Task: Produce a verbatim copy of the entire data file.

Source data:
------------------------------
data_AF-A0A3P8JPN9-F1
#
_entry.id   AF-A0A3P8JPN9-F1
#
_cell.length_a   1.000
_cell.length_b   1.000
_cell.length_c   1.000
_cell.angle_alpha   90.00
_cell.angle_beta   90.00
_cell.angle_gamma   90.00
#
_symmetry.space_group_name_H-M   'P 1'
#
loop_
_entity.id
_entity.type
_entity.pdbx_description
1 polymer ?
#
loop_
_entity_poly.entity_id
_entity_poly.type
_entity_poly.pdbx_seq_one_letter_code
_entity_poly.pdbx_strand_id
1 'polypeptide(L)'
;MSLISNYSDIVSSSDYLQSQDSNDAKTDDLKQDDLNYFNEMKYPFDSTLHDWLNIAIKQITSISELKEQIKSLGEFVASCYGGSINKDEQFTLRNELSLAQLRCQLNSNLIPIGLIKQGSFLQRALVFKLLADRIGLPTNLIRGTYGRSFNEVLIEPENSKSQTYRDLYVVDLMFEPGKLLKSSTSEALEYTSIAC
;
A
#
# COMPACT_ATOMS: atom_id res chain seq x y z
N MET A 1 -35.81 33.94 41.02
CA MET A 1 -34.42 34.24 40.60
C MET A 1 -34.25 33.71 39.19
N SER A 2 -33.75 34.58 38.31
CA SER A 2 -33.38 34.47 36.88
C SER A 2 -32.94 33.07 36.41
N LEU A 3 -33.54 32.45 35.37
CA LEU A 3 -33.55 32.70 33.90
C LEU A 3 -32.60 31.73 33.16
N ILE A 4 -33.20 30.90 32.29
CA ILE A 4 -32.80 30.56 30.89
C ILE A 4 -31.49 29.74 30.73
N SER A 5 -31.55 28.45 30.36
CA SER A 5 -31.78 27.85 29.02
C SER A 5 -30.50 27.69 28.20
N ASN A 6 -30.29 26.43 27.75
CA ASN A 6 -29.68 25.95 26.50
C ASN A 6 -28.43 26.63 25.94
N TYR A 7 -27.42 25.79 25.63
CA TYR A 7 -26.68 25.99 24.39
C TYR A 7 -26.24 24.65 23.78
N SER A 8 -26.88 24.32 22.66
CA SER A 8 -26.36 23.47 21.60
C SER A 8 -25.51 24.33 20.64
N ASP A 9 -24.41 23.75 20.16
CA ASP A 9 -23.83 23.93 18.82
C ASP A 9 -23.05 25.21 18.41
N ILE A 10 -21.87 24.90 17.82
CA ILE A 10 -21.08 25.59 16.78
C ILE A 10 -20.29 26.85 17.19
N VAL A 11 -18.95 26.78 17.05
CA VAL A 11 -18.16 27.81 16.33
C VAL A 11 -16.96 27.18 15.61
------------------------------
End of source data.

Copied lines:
data_AF-A0A3P8JPN9-F1
#
_entry.id   AF-A0A3P8JPN9-F1
#
_cell.length_a   1.000
_cell.length_b   1.000
_cell.length_c   1.000
_cell.angle_alpha   90.00
_cell.angle_beta   90.00
_cell.angle_gamma   90.00
#
_symmetry.space_group_name_H-M   'P 1'
#
loop_
_entity.id
_entity.type
_entity.pdbx_description
1 polymer ?
#
loop_
_entity_poly.entity_id
_entity_poly.type
_entity_poly.pdbx_seq_one_letter_code
_entity_poly.pdbx_strand_id
1 'polypeptide(L)'
;MSLISNYSDIVSSSDYLQSQDSNDAKTDDLKQDDLNYFNEMKYPFDSTLHDWLNIAIKQITSISELKEQIKSLGEFVASCYGGSINKDEQFTLRNELSLAQLRCQLNSNLIPIGLIKQGSFLQRALVFKLLADRIGLPTNLIRGTYGRSFNEVLIEPENSKSQTYRDLYVVDLMFEPGKLLKSSTSEALEYTSIAC
;
A
#
# COMPACT_ATOMS: atom_id res chain seq x y z
N MET A 1 -35.81 33.94 41.02
CA MET A 1 -34.42 34.24 40.60
C MET A 1 -34.25 33.71 39.19
N SER A 2 -33.75 34.58 38.31
CA SER A 2 -33.38 34.47 36.88
C SER A 2 -32.94 33.07 36.41
N LEU A 3 -33.54 32.45 35.37
CA LEU A 3 -33.55 32.70 33.90
C LEU A 3 -32.60 31.73 33.16
N ILE A 4 -33.20 30.90 32.29
CA ILE A 4 -32.80 30.56 30.89
C ILE A 4 -31.49 29.74 30.73
N SER A 5 -31.55 28.45 30.36
CA SER A 5 -31.78 27.85 29.02
C SER A 5 -30.50 27.69 28.20
N ASN A 6 -30.29 26.43 27.75
CA ASN A 6 -29.68 25.95 26.50
C ASN A 6 -28.43 26.63 25.94
N TYR A 7 -27.42 25.79 25.63
CA TYR A 7 -26.68 25.99 24.39
C TYR A 7 -26.24 24.65 23.78
N SER A 8 -26.88 24.32 22.66
CA SER A 8 -26.36 23.47 21.60
C SER A 8 -25.51 24.33 20.64
N ASP A 9 -24.41 23.75 20.16
CA ASP A 9 -23.83 23.93 18.82
C ASP A 9 -23.05 25.21 18.41
N ILE A 10 -21.87 24.90 17.82
CA ILE A 10 -21.08 25.59 16.78
C ILE A 10 -20.29 26.85 17.19
N VAL A 11 -18.95 26.78 17.05
CA VAL A 11 -18.16 27.81 16.33
C VAL A 11 -16.96 27.18 15.61